About Eliminate Malaria

Many countries around the world are in the midst of developing and implementing malaria elimination strategy.  The purpose of “EliminateMalaria” portal is to provide tools and other resources to countries that are starting on the road to elimination.  WHO defines malaria elimination as the interruption of indigenous transmission of a specified malaria parasite species in a defined geographic area. To sustain elimination objectives, countries will need to put in place a robust surveillance system ensuring timely reporting and prevent the re-establishment of transmission. Countries are situated at different points along the road to elimination. The rate of progress will depend on the strength of the national health system covering all sectors both health and non-health stakeholders, the level of investment in malaria control and a number of other factors, including biological determinants; the environment; and the social, demographic, political and economic realities of a particular country (from WHO).  Countries pass through the following phases: control; pre-elimination; elimination; prevention of reintroduction and globally malaria eradication.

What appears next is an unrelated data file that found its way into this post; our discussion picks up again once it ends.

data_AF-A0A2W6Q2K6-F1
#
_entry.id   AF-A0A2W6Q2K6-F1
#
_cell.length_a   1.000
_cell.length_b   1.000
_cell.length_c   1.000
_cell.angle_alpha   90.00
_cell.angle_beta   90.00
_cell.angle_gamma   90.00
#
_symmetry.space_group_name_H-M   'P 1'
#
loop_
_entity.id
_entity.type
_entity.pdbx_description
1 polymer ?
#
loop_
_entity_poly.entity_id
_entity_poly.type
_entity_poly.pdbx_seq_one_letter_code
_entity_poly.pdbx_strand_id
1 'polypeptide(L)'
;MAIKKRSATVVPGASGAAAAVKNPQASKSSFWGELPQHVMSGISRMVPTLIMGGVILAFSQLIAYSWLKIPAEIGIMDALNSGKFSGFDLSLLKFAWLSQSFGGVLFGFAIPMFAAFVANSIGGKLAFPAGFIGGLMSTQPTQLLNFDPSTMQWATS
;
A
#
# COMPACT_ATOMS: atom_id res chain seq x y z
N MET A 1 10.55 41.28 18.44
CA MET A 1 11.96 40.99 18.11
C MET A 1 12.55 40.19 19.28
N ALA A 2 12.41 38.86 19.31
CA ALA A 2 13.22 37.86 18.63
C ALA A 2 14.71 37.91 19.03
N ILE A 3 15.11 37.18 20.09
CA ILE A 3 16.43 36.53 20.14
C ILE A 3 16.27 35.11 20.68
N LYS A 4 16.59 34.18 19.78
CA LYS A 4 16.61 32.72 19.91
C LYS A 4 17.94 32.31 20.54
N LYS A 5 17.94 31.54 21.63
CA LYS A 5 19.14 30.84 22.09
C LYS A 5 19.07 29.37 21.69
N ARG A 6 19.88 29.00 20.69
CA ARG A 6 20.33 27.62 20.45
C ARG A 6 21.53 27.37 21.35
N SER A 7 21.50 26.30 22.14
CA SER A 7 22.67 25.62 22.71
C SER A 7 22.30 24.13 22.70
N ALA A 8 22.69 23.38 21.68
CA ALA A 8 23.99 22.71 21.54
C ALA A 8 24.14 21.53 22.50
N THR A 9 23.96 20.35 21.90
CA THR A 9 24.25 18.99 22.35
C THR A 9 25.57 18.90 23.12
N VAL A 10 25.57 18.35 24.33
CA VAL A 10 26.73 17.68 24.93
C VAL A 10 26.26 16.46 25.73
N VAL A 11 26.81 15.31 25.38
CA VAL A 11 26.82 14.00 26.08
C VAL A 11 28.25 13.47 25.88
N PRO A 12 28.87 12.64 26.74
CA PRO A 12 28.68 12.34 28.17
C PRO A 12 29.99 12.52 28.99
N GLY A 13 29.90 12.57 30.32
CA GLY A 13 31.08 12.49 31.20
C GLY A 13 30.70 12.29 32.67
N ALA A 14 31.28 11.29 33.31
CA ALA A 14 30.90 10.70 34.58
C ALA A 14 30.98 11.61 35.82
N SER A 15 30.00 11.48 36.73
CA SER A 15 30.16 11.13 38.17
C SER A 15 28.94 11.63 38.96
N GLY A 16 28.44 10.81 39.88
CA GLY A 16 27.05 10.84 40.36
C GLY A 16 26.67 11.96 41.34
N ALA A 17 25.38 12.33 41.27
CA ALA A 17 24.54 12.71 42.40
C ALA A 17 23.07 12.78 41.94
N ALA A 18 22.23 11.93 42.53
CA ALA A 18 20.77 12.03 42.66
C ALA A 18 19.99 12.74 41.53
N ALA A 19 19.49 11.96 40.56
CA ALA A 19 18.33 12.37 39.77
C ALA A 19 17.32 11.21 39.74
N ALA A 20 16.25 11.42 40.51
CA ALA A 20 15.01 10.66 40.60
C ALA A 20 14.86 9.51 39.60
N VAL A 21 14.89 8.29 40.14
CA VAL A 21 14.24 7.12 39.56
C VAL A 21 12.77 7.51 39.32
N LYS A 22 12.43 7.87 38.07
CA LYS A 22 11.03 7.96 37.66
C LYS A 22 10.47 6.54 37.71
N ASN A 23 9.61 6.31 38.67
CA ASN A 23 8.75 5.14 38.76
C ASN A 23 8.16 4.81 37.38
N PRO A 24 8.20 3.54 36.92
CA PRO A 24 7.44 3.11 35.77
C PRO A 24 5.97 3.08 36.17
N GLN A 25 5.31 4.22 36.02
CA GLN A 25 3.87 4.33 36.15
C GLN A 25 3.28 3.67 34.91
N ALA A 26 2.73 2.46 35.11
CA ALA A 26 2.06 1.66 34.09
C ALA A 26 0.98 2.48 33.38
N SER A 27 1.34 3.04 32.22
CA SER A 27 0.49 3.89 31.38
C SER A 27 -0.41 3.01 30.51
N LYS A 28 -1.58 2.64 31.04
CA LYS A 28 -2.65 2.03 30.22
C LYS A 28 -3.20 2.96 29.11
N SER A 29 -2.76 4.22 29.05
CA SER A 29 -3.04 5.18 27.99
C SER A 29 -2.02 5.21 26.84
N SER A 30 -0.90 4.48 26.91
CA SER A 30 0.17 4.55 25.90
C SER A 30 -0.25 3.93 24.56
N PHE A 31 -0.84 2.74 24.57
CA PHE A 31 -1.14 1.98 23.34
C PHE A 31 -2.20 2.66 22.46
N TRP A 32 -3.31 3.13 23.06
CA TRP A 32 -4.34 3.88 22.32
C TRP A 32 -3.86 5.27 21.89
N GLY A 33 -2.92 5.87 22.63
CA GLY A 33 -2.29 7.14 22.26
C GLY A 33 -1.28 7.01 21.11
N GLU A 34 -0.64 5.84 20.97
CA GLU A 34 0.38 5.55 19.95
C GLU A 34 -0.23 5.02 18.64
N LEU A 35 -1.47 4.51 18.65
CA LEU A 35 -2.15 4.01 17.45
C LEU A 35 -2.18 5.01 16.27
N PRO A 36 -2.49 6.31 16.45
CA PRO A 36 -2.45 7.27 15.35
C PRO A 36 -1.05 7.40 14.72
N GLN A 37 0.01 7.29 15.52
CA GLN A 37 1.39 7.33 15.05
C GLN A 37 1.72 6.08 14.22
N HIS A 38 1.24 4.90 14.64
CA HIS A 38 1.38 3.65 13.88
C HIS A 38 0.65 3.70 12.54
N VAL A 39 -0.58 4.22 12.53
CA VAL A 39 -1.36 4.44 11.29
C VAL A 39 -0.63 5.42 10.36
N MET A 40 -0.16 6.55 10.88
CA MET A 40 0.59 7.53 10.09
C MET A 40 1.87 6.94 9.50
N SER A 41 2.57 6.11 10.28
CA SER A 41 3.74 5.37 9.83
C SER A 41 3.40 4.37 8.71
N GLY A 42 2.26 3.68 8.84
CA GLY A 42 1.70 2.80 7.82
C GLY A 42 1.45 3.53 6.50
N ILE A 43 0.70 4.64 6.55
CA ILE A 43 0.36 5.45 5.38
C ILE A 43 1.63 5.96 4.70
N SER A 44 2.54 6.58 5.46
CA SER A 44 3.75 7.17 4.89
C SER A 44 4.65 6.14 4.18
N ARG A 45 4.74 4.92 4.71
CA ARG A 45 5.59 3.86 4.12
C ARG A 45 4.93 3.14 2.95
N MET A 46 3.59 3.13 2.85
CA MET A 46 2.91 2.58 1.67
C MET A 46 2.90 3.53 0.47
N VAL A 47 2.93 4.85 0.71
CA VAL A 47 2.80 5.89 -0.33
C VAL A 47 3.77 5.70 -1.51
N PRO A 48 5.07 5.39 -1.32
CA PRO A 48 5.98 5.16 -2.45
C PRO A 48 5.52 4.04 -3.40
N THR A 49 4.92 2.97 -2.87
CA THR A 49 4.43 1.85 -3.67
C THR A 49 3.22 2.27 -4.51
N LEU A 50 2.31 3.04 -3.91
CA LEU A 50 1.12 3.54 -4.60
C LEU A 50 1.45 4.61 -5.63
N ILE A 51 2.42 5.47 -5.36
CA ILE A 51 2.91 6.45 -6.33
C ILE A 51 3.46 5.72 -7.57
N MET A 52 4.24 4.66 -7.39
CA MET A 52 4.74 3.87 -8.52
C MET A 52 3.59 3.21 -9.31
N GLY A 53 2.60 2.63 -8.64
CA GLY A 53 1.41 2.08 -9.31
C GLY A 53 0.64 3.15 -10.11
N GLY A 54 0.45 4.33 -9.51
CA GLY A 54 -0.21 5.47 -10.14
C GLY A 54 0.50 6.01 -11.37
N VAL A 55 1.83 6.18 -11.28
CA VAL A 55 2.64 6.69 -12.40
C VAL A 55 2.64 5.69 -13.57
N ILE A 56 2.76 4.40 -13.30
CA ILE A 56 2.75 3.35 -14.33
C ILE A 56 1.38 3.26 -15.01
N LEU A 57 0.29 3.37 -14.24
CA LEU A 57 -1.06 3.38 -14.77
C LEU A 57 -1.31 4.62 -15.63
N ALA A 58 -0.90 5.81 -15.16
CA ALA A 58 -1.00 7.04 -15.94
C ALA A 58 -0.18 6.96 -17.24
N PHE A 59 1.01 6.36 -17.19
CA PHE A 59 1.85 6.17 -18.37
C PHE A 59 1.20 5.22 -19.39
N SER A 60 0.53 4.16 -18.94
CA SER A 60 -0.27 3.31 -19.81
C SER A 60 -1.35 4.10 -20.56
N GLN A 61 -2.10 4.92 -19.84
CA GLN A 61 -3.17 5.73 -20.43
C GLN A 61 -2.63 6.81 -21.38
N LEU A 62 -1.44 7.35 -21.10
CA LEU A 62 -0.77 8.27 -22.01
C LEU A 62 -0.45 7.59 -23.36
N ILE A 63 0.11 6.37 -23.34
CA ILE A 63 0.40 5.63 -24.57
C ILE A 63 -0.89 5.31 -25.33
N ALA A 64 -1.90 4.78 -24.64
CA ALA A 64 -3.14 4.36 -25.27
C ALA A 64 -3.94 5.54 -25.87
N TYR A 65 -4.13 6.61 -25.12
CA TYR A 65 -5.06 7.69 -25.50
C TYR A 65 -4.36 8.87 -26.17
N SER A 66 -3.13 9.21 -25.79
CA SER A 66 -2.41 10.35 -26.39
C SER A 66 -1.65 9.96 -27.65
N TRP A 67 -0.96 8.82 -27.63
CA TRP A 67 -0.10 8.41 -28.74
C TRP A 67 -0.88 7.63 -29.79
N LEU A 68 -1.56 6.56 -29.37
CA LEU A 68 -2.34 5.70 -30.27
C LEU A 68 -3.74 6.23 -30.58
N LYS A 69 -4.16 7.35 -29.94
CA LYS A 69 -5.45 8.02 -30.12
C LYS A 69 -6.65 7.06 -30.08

Technical Areas


To achieve elimination, a set of interventions geared towards the country’s transmission intensity and dynamics is required. Key components of these interventions should include prevention, early diagnosis and treatment, surveillance and social and behaviour change communication activities.

These technical sub-sections do not represent an exhaustive list of requirements but highlight key aspects that should be considered in malaria elimination interventions.

LLINs have played an important role in the remarkable success in reducing malaria burden over the past decade. URC scales up cost-effective vector control interventions to reduce malaria transmission. This includes distribution of LLINs accompanied by social and behavior communication change (SBCC) activities to promote LLIN use.